Zambia: Donchi Kubeba and President Sata's Triumph

Published on 9th December 2011

Mr. Sata on a campaign trail                   Photo courtesy        
“Don`t Kubeba,” a Machiavellian Triumph

“Don’t Kubeba,” popularly whispered as Donchi Kubeba, a slogan adopted by the PF party in the run-up to the 2011 election, is quintessentially a Machiavellian postulation. It is attributed to President Michael Sata. It is a transmogrification of the English “Don’t” and the Bemba “Kubeba (tell).” It literally means “Don`t Tell.”

Don’t tell or don’t say a word, understood plainly, denotes that the PF party members could accept campaign materials intended for other political party members. PF members were encouraged to accept inducements, kick-backs or indeed, any other forms of lures offered by other political parties without the PF members disclosing their allegiance to the PF party.

The expression is particularly common in the Zambian justice system. Child molesters use it; money launderers are fond of it; and drug traffickers have made shrines around it. Those who cheat on their spouses also use it. To all these groups it means only one and the same thing: indulge but do not reveal. The Words of Agur puts it correctly: “This is the way of an adulterous woman: she eats and wipes her mouth, and says, `I have done no wrong.`”

Omertà: Is it a Form of Corruption?

There is no denying, across the board, that Donchi Kubeba delivered results for the PF. To many, Donchi Kubeba was a winning proposition. To some it was repugnant as it was corrupt. Those who did not agree with the PF slogan contended that it was a theory imbued in corrupt practices. Someone wrote: “What scares me is not that PF sympathisers embrace it; what scares the hell out of me is that an entire party president such as Mr. Sata can embrace such an evil slogan and encourage his members to practice it.”

Some have equated Donchi Kubeba to Omertà. Wikipedia defines Omertà  as an,

…attitude and code of honour and a common definition is the "code of silence." It is common in areas of southern Italy, such as Sicily, Apulia, Calabria, and Campania, where criminal organisations defined as Mafia such as the Cosa Nostra, 'Ndrangheta, Sacra Corona Unita, and Camorra are strong. It also exists to a lesser extent in certain Italian-American neighbourhoods where the Italian-American Mafia has influence and other Italian ethnic enclaves in countries where there is the presence of Italian organised crime (i.e. Germany, Canada, and Australia).

A. Zyambo,  argues that Omertà is hugely embraced by the Mafia, and it implies “the categorical prohibition of cooperation with state authorities or reliance on its services, even when one has been victim of a crime.” Even if somebody is convicted of a crime he or she has not committed, he or she is supposed to serve the sentence without giving the police any information about the real criminal, even if that criminal has nothing to do with the Mafia.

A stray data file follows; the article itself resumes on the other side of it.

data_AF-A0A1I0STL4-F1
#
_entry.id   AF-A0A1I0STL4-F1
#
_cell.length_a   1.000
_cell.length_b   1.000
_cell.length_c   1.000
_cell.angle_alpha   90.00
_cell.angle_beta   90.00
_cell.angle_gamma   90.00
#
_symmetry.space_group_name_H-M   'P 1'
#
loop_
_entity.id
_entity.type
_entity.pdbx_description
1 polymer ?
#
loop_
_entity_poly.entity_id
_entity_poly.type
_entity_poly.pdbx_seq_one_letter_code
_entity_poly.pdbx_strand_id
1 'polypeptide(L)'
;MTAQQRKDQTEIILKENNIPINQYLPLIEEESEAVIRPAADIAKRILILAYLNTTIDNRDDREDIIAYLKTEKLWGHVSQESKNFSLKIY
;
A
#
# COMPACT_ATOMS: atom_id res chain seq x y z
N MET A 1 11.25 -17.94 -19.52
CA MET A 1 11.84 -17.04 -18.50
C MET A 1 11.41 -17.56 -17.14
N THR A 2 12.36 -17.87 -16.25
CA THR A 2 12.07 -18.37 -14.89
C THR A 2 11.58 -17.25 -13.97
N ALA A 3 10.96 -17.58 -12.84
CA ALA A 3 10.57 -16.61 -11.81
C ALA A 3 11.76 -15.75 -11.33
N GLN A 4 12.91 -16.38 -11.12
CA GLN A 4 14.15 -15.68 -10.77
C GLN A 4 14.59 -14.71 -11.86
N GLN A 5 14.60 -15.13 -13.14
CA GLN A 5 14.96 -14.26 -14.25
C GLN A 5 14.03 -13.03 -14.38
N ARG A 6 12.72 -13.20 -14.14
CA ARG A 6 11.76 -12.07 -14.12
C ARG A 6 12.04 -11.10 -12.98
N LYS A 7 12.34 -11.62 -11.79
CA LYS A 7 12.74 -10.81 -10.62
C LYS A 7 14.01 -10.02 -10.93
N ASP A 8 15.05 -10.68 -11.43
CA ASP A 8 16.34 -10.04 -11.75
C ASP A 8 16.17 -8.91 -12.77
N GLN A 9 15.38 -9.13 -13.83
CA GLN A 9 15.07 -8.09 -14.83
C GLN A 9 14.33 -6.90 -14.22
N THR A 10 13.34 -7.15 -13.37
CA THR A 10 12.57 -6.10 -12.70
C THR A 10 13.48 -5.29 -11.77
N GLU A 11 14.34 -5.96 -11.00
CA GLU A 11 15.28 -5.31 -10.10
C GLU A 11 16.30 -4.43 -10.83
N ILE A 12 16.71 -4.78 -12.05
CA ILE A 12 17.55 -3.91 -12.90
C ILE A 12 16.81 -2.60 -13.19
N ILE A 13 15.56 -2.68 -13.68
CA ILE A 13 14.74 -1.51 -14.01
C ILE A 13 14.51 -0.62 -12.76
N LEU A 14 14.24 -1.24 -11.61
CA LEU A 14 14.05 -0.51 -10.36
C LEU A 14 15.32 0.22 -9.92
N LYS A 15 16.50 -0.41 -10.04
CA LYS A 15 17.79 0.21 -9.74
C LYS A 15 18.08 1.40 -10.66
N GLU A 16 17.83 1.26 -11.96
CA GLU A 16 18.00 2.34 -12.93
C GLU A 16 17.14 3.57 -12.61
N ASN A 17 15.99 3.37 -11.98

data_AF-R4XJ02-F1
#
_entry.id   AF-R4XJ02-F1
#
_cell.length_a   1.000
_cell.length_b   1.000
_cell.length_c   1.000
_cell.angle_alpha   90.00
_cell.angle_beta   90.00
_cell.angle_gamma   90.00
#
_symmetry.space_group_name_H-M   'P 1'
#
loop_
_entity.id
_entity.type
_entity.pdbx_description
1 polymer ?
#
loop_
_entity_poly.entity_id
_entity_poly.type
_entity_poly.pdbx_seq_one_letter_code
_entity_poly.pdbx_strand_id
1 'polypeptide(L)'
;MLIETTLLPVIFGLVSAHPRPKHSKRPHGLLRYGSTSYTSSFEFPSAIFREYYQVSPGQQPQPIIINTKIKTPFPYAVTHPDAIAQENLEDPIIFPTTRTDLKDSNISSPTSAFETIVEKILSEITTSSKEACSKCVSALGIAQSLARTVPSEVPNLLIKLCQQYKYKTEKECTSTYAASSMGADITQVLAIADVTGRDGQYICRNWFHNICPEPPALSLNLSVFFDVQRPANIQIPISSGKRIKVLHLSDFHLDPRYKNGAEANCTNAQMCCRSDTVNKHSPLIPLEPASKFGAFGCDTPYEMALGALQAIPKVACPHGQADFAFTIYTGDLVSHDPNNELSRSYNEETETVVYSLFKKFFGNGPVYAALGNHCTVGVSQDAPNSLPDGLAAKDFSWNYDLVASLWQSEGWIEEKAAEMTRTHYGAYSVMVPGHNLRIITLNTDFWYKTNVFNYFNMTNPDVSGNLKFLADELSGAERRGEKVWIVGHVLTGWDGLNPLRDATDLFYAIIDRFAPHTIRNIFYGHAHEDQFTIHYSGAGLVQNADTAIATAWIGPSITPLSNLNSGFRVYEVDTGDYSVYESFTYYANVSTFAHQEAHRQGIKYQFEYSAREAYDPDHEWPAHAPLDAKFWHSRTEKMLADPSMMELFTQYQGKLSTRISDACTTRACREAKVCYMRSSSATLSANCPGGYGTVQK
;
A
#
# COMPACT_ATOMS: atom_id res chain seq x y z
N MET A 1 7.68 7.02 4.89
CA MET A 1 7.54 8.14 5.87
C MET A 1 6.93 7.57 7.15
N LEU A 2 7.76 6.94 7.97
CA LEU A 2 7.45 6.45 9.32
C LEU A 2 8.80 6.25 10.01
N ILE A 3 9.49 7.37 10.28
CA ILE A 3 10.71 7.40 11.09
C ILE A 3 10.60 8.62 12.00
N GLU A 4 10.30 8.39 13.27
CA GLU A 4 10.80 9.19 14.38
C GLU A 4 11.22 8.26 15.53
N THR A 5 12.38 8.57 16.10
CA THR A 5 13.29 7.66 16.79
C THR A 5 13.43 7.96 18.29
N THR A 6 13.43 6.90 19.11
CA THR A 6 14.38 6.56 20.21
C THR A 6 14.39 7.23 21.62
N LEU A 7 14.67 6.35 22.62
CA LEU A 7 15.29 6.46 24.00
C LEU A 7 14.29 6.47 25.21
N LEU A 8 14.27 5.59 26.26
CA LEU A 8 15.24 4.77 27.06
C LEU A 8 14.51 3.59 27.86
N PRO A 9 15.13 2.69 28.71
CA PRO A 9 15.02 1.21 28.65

Abrogating omertà is punishable by death. Like Omertà, Zyambo argues, Donchi Kubeba portends evil for Zambia. It is immoral as it is very negative. It has the propensity to tear homes apart, aggravate morality and encourage corruption.  Zyambo then makes a charge: “It is sad that it is officially advertised now and as the old saying goes `charity begins at home,` seeing a political party embrace such slogans at party level simply implies that even at national level they will have no difficult in doing likewise.”

Some Zambians failed to understand the thought behind Donchi Kubeba. However, they understood the importance that language plays a very important part in politics. In the art of politics, the so-called enemy can be good, beautiful, and even economically profitable, only if the powerful do not build their castles on the sweat and chants of the poor. Bottom-line, however, is that there are no real enemies in politics. Criticism is very helpful to either the ruling party or the opposition. The thunder of Donchi Kubeba and Nafuti Nafuti were, in that regard, not a disturbance in the Zambian political proclivity.

The slogans of Donchi Kubeba and Nafuti Nafuti effused a sense of national pride in the 2011 election campaigns. They pitted two strongest parties on pseudo-ideological lines, and one won. Some compared their impact to the Zambian National Anthem itself. Each time Zambians chant it, it reminds them of the struggle they went through and the freedom they achieved. Zambians are all brothers and sisters in one nation. As such, they should guard, with pride, the peace that they have enjoyed since independence.

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By Charles Mwewa
Author: Zambia-Struggles of My People


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